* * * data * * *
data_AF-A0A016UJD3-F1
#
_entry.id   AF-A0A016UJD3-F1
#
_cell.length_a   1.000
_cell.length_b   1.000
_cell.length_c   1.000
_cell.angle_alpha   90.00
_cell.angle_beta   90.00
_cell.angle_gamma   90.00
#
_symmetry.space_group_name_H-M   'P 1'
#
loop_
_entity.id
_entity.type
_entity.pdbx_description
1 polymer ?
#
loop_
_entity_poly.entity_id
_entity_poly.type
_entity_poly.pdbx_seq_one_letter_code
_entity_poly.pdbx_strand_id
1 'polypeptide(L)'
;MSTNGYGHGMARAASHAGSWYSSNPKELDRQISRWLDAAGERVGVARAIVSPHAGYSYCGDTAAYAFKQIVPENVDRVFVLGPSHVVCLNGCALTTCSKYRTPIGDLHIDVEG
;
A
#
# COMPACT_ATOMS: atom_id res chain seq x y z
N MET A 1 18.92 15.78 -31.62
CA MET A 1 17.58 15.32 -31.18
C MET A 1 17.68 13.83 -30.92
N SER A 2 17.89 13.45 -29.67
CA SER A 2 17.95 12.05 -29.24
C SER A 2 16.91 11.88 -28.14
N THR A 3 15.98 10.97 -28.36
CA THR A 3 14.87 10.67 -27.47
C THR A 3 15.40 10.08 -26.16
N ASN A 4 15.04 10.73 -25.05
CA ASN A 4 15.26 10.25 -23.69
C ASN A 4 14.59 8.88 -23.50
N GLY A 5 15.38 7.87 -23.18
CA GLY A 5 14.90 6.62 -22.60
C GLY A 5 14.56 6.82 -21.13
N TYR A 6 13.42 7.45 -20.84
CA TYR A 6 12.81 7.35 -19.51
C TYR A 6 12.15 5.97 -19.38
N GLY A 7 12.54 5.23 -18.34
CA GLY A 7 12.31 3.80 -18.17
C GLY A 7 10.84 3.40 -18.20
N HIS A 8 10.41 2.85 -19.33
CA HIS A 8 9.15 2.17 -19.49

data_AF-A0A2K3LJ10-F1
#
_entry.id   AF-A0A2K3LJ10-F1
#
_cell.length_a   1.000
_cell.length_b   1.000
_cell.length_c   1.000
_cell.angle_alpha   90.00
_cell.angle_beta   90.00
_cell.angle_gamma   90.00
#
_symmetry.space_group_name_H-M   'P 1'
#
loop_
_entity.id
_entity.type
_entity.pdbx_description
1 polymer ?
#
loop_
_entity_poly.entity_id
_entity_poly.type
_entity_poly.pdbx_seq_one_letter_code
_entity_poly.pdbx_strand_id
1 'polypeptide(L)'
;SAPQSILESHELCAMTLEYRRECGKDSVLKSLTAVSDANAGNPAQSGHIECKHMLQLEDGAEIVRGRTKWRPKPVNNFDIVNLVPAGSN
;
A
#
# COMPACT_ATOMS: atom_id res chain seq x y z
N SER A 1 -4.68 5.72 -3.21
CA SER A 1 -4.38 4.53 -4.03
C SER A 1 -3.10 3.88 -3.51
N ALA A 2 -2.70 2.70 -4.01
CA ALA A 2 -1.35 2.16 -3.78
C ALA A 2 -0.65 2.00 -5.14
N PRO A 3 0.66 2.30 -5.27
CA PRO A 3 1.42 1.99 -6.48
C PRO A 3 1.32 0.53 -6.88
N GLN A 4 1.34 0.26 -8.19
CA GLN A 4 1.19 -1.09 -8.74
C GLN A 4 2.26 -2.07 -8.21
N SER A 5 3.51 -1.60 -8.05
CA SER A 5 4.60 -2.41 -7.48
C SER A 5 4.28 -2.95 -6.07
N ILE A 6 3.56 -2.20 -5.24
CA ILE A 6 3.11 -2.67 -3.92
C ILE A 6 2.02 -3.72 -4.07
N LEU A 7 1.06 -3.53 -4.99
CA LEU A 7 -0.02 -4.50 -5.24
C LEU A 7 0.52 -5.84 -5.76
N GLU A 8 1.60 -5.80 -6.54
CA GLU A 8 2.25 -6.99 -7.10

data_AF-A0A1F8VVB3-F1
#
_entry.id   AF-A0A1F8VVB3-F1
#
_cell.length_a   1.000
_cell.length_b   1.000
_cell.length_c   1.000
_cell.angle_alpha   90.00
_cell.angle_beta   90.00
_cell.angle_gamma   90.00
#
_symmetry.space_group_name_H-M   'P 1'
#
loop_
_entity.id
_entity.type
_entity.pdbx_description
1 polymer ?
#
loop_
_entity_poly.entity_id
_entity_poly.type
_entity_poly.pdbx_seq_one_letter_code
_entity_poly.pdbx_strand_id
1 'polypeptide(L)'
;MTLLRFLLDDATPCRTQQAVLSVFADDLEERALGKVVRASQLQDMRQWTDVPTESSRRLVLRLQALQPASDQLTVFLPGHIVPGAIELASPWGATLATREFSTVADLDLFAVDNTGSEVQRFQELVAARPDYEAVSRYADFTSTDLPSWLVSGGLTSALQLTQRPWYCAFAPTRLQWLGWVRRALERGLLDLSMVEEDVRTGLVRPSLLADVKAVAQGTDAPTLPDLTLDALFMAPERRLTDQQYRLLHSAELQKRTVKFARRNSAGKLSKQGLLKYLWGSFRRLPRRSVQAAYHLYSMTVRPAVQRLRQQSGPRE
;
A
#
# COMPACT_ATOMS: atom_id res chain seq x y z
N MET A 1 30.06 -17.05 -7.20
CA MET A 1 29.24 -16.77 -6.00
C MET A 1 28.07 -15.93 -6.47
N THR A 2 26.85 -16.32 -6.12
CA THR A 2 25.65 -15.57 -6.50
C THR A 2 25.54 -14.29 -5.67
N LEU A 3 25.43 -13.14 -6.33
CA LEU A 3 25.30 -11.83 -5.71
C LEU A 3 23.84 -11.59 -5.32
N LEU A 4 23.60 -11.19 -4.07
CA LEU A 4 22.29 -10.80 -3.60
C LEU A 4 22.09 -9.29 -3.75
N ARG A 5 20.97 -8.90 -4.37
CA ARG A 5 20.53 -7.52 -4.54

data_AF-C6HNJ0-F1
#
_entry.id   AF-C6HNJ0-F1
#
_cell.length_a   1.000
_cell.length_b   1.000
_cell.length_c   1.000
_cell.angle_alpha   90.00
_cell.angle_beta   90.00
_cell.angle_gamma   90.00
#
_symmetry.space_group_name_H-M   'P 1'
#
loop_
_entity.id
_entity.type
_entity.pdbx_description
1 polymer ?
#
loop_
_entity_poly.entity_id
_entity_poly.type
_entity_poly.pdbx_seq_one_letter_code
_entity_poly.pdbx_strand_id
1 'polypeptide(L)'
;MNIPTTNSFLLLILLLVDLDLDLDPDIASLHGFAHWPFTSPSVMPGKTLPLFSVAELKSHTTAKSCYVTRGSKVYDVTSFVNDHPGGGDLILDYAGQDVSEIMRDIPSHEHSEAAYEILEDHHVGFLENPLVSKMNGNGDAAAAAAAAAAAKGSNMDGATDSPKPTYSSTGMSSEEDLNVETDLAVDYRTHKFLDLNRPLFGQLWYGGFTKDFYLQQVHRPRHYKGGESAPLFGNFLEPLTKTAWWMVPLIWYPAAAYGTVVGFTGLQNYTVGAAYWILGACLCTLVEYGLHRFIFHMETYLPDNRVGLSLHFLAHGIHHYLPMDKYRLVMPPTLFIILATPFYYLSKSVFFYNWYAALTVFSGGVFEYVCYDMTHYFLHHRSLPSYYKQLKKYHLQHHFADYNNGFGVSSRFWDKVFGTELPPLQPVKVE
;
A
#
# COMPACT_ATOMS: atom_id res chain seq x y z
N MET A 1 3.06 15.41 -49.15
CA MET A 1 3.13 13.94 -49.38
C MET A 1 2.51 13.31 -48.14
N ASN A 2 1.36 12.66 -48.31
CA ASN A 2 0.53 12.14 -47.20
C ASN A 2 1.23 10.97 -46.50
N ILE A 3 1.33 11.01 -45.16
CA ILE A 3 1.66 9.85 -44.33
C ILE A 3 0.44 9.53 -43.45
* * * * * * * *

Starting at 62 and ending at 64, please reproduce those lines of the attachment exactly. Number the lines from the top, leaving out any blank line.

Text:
_cell.angle_beta   90.00
_cell.angle_gamma   90.00
#